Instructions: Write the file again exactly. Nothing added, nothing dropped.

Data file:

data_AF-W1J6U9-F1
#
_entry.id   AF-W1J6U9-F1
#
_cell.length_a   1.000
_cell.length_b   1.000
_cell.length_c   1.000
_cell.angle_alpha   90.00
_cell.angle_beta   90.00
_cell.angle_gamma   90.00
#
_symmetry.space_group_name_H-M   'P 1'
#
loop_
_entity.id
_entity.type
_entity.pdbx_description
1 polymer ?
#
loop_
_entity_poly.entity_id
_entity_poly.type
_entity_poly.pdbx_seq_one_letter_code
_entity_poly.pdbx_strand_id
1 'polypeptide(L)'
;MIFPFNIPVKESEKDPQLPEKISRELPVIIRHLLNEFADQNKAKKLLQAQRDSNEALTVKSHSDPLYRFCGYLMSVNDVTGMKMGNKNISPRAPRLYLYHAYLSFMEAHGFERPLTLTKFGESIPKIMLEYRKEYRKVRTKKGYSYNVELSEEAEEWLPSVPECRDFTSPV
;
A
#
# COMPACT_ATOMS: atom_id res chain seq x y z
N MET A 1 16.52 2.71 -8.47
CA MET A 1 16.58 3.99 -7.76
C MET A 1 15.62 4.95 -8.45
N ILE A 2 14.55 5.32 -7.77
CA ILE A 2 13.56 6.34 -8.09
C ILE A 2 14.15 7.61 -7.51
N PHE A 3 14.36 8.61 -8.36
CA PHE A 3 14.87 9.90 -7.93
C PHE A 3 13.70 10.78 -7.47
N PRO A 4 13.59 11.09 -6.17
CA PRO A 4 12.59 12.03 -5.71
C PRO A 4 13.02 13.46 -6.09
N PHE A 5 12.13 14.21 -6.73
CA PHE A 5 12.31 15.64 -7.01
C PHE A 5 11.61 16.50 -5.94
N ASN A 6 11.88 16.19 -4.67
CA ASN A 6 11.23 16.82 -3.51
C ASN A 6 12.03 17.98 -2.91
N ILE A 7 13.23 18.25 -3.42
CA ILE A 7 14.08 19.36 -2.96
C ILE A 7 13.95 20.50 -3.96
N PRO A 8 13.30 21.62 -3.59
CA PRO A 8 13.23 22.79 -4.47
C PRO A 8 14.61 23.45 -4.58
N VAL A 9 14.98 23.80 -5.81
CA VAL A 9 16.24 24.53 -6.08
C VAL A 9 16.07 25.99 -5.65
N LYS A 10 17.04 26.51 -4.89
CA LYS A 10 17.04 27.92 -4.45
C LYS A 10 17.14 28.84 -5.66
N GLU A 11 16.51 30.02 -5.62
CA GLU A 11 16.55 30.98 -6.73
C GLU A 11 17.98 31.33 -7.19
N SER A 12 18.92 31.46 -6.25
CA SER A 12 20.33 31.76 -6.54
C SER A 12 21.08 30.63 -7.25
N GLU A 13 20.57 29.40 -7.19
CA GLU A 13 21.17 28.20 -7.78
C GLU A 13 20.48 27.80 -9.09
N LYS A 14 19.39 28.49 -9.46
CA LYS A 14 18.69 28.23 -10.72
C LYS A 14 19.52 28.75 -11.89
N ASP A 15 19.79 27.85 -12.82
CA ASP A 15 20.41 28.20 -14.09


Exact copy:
data_AF-W1J6U9-F1
#
_entry.id   AF-W1J6U9-F1
#
_cell.length_a   1.000
_cell.length_b   1.000
_cell.length_c   1.000
_cell.angle_alpha   90.00
_cell.angle_beta   90.00
_cell.angle_gamma   90.00
#
_symmetry.space_group_name_H-M   'P 1'
#
loop_
_entity.id
_entity.type
_entity.pdbx_description
1 polymer ?
#
loop_
_entity_poly.entity_id
_entity_poly.type
_entity_poly.pdbx_seq_one_letter_code
_entity_poly.pdbx_strand_id
1 'polypeptide(L)'
;MIFPFNIPVKESEKDPQLPEKISRELPVIIRHLLNEFADQNKAKKLLQAQRDSNEALTVKSHSDPLYRFCGYLMSVNDVTGMKMGNKNISPRAPRLYLYHAYLSFMEAHGFERPLTLTKFGESIPKIMLEYRKEYRKVRTKKGYSYNVELSEEAEEWLPSVPECRDFTSPV
;
A
#
# COMPACT_ATOMS: atom_id res chain seq x y z
N MET A 1 16.52 2.71 -8.47
CA MET A 1 16.58 3.99 -7.76
C MET A 1 15.62 4.95 -8.45
N ILE A 2 14.55 5.32 -7.77
CA ILE A 2 13.56 6.34 -8.09
C ILE A 2 14.15 7.61 -7.51
N PHE A 3 14.36 8.61 -8.36
CA PHE A 3 14.87 9.90 -7.93
C PHE A 3 13.70 10.78 -7.47
N PRO A 4 13.59 11.09 -6.17
CA PRO A 4 12.59 12.03 -5.71
C PRO A 4 13.02 13.46 -6.09
N PHE A 5 12.13 14.21 -6.73
CA PHE A 5 12.31 15.64 -7.01
C PHE A 5 11.61 16.50 -5.94
N ASN A 6 11.88 16.19 -4.67
CA ASN A 6 11.23 16.82 -3.51
C ASN A 6 12.03 17.98 -2.91
N ILE A 7 13.23 18.25 -3.42
CA ILE A 7 14.08 19.36 -2.96
C ILE A 7 13.95 20.50 -3.96
N PRO A 8 13.30 21.62 -3.59
CA PRO A 8 13.23 22.79 -4.47
C PRO A 8 14.61 23.45 -4.58
N VAL A 9 14.98 23.80 -5.81
CA VAL A 9 16.24 24.53 -6.08
C VAL A 9 16.07 25.99 -5.65
N LYS A 10 17.04 26.51 -4.89
CA LYS A 10 17.04 27.92 -4.45
C LYS A 10 17.14 28.84 -5.66
N GLU A 11 16.51 30.02 -5.62
CA GLU A 11 16.55 30.98 -6.73
C GLU A 11 17.98 31.33 -7.19
N SER A 12 18.92 31.46 -6.25
CA SER A 12 20.33 31.76 -6.54
C SER A 12 21.08 30.63 -7.25
N GLU A 13 20.57 29.40 -7.19
CA GLU A 13 21.17 28.20 -7.78
C GLU A 13 20.48 27.80 -9.09
N LYS A 14 19.39 28.49 -9.46
CA LYS A 14 18.69 28.23 -10.72
C LYS A 14 19.52 28.75 -11.89
N ASP A 15 19.79 27.85 -12.82
CA ASP A 15 20.41 28.20 -14.09